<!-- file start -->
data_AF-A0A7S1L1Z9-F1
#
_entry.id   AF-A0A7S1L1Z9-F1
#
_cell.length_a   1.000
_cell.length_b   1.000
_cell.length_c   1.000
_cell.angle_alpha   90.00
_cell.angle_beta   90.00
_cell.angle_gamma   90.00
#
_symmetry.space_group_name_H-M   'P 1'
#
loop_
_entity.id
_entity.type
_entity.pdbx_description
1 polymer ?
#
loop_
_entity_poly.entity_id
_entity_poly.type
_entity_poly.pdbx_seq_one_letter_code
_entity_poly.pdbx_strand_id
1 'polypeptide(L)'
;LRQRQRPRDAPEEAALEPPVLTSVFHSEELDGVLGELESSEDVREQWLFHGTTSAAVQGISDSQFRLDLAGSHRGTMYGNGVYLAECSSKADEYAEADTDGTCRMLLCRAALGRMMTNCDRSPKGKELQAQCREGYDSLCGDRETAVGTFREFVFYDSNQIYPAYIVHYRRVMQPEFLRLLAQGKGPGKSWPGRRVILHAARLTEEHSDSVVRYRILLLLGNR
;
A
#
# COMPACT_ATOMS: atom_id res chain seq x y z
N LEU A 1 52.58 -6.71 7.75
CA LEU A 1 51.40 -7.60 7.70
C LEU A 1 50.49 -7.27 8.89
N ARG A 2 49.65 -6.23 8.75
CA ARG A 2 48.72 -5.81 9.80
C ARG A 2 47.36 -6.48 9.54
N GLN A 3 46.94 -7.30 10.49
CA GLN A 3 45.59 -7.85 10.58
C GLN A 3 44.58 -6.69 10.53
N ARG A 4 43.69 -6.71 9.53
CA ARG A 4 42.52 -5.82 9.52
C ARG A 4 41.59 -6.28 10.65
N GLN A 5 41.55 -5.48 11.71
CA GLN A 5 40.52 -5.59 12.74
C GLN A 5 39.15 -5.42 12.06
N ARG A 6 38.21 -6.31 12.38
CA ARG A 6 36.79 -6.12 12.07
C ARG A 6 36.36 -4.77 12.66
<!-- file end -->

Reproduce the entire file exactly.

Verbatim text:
data_AF-A0A7S1L1Z9-F1
#
_entry.id   AF-A0A7S1L1Z9-F1
#
_cell.length_a   1.000
_cell.length_b   1.000
_cell.length_c   1.000
_cell.angle_alpha   90.00
_cell.angle_beta   90.00
_cell.angle_gamma   90.00
#
_symmetry.space_group_name_H-M   'P 1'
#
loop_
_entity.id
_entity.type
_entity.pdbx_description
1 polymer ?
#
loop_
_entity_poly.entity_id
_entity_poly.type
_entity_poly.pdbx_seq_one_letter_code
_entity_poly.pdbx_strand_id
1 'polypeptide(L)'
;LRQRQRPRDAPEEAALEPPVLTSVFHSEELDGVLGELESSEDVREQWLFHGTTSAAVQGISDSQFRLDLAGSHRGTMYGNGVYLAECSSKADEYAEADTDGTCRMLLCRAALGRMMTNCDRSPKGKELQAQCREGYDSLCGDRETAVGTFREFVFYDSNQIYPAYIVHYRRVMQPEFLRLLAQGKGPGKSWPGRRVILHAARLTEEHSDSVVRYRILLLLGNR
;
A
#
# COMPACT_ATOMS: atom_id res chain seq x y z
N LEU A 1 52.58 -6.71 7.75
CA LEU A 1 51.40 -7.60 7.70
C LEU A 1 50.49 -7.27 8.89
N ARG A 2 49.65 -6.23 8.75
CA ARG A 2 48.72 -5.81 9.80
C ARG A 2 47.36 -6.48 9.54
N GLN A 3 46.94 -7.30 10.49
CA GLN A 3 45.59 -7.85 10.58
C GLN A 3 44.58 -6.69 10.53
N ARG A 4 43.69 -6.71 9.53
CA ARG A 4 42.52 -5.82 9.52
C ARG A 4 41.59 -6.28 10.65
N GLN A 5 41.55 -5.48 11.71
CA GLN A 5 40.52 -5.59 12.74
C GLN A 5 39.15 -5.42 12.06
N ARG A 6 38.21 -6.31 12.38
CA ARG A 6 36.79 -6.12 12.07
C ARG A 6 36.36 -4.77 12.66